'Powerful fiction' of transgression and scandal
Aguila’s ‘Carnival of Hate’

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LITERATURE professor Augusto Aguila ventures into dark territory in his latest short

story collection that tackles sexual transgressions and academic scandals.

Carnival of Hate: Stories (UST Publishing House, 2016) consists of eight short stories

that deal with topics “not usually seen in Philippine fiction,” as Ralph Galan, assistant

director of the Center for Creative Writing and Literary Studies (CCWLS), points out in

the blurb.

Perhaps representative of the collection is “The Whole New Nameless Thing,” about

closet-gay Keith who has had a one-night stand with Nina and in the aftermath, has a

conversation with an owl-shaped clock on the wall, Mr. Owl, and a pink rectangle on the

curtains, Ms. Rectangle.

The two inanimate objects, and the three’s deepening exchange, both serve as

metaphor for Keith’s guilty conscience and the naked truth of this sexuality.

The collection’s title story, “Carnival of Hate,” is a re-imagination of “Inferno,” the first

part of the classic Divine Comedy by Dante Alighieri. Here, “Dante” that would travel

Hell is instead Dickson, a gluttonous vice-president of a company who has recently died

from bangungot. A Virgil resembling the Australian actor Eric Bana ushers him into the

netherworld.

What mostly serve as impetus of the narrative are not heavy descriptions of Hell but

rather the titillating dialogue between Dickson and Virgil.

“F A B” deals with the life of James Valderama, an honor student whose family has

joined the nouveau riche through the efforts of his father, a celebrity lawyer.

The story revolves around James’s membership in Valkyrie, a fraternity in his university,

as he has been recruited by its mysterious leader named Tyler.

Because of their high living, Valkyrie members indulge in sex and drugs, and “F A B,” as

the title implies, is a social critique of the lifestyle of the fab and the nefarious.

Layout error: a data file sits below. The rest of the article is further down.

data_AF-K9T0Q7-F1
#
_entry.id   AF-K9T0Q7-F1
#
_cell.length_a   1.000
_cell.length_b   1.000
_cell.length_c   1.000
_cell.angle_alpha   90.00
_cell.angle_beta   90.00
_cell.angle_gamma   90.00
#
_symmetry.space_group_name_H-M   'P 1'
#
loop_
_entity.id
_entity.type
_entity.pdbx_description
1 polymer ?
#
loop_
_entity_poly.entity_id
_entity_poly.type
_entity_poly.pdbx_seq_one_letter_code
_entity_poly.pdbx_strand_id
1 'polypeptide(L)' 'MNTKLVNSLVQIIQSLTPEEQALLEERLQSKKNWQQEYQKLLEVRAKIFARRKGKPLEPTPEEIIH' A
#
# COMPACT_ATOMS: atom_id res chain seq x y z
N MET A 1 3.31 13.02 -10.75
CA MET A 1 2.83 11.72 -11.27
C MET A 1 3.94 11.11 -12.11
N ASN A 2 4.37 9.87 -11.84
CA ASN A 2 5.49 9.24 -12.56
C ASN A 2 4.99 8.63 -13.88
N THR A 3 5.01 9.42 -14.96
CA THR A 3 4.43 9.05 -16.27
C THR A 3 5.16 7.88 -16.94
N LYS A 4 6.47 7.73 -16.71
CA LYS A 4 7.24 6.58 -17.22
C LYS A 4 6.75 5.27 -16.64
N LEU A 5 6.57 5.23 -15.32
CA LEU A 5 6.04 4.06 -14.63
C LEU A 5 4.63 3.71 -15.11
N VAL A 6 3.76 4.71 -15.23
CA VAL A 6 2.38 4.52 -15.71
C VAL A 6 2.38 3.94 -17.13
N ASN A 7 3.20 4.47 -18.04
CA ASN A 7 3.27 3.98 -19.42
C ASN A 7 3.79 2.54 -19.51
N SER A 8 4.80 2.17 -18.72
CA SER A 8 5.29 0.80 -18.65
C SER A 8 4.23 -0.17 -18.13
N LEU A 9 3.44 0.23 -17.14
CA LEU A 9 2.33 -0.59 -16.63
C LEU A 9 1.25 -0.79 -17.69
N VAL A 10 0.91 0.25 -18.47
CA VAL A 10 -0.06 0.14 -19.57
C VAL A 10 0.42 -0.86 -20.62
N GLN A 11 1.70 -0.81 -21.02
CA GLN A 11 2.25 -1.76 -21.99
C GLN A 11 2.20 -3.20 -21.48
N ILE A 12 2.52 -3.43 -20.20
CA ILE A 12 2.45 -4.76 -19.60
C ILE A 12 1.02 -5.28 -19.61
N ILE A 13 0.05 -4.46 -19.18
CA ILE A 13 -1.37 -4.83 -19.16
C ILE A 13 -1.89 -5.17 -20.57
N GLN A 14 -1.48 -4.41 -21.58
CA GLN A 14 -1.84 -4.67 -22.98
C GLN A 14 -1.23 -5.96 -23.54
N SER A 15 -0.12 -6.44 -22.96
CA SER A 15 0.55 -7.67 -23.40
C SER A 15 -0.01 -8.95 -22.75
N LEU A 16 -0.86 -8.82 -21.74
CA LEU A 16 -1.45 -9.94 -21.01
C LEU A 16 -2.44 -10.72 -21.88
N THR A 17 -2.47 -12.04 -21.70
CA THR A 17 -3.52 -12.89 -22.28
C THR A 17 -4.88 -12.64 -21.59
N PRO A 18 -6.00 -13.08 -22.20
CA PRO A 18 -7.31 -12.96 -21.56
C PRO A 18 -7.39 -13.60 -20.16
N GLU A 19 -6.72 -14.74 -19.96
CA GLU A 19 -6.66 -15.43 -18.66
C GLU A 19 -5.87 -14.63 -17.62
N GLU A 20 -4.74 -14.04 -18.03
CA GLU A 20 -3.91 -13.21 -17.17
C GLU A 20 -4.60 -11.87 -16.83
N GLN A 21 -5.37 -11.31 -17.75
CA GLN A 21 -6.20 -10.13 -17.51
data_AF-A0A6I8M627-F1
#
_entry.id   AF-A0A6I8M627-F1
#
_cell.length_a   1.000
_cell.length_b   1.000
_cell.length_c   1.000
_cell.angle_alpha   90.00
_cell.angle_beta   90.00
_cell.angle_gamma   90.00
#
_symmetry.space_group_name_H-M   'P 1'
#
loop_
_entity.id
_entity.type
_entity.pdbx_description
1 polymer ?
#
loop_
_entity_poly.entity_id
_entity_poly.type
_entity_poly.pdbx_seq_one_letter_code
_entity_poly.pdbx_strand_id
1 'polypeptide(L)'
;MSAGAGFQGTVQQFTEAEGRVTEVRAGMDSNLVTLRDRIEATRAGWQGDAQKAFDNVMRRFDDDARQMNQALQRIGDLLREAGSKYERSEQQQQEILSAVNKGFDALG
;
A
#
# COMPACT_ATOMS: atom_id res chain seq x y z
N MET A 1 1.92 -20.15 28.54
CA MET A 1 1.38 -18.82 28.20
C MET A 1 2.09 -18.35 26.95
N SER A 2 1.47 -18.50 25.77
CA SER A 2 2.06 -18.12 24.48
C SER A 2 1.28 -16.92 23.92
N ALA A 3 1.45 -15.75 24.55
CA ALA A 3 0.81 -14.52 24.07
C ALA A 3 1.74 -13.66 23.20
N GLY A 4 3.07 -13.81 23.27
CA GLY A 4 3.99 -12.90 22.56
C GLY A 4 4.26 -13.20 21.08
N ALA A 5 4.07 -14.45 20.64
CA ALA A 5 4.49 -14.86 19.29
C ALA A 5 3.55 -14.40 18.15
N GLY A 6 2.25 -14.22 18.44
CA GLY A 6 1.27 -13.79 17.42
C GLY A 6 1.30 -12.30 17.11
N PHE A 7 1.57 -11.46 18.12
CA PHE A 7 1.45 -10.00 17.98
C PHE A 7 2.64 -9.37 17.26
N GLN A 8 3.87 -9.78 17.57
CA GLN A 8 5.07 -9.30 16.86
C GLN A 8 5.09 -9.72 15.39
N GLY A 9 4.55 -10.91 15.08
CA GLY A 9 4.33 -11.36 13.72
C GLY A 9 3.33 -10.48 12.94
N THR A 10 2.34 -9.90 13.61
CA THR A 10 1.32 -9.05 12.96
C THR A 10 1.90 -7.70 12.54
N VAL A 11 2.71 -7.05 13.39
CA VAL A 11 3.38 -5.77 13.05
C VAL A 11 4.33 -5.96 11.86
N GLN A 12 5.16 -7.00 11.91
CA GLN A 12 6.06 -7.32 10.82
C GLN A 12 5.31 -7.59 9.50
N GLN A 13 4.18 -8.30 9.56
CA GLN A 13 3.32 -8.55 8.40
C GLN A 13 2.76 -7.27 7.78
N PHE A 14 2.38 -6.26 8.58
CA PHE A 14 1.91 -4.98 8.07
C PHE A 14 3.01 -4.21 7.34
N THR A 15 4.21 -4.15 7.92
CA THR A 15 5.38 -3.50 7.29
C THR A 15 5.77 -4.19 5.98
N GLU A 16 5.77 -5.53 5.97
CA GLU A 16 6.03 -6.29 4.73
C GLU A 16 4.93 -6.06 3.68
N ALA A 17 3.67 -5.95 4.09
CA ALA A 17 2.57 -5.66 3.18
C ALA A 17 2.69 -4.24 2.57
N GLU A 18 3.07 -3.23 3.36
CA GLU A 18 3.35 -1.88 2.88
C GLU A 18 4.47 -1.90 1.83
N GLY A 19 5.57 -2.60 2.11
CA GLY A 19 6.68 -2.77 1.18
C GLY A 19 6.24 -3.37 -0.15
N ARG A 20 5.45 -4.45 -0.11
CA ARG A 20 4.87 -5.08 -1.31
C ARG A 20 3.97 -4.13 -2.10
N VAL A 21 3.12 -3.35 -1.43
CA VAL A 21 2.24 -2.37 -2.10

“The Shop” involves a probinsiyana who seeks greener pastures in Manila. Lina, a 19-

year-old girl from Mantoc, finds employment in a shop that sells sex toys named Private

Heaven (“PH”) in Malate.

Although Lina, dubbed “Zoe the school girl,” initially has a fine run at PH, she soon

becomes bound to her tragic fate because she works in a place of transgression and

risk.

Aguila exposes conflicts among members of the academe in two different stories. “The

Contest” tracks the unraveling of professional relationships between teachers following

an oversight in a literary contest, resulting in bitter division and disarray.

In “Smokescreen,” Aguila tells the story of a flamboyant faculty member named Richard

Teodoro “Ricketts” Revelacion who receives the ire of his colleagues for his “sharp

tongue and street humor” and for commanding his colleagues to do things for him.

Tragedy as fact of human life is framed in “A Condition of Worship,” as the protagonist

named Jerry longs for the affections of the much younger Justin. His expectations are

raised following a visit from a voluptuous saint named Saint Voodah who prophesizes

that a sign will appear in the volleyball game where Justin is a player.

Jerry is soon distraught when the sign from Saint Voodah ultimately works against his

desire.

A similar situation occurs in “The Prankster” as teenager Toby is ever eager to play

pranks on the elderly by announcing that he is “The Son of Satan.” However, he must

face the consequences of his own actions as a shadowy figure enters his life.

Carnival of Hate has been lauded by New York-based writer Tim Tomlinson who

compares Aguila’s stories to celebrated works such as Lino Brocka’s film “Maynila sa

Kuko ng Liwanag (Manila in the Claws of Light), Donna Tartt’s novel “The Secret

History” and Thomas Mann’s novella “Death in Venice.”

Cristina Pantoja Hidalgo, CCWLS director, describes Aguila as a writer who is “able to

face the monster without flinching […] determined to stare it down,” and his collection is

a “powerful fiction” that exists in the “dusty corners of the world.”

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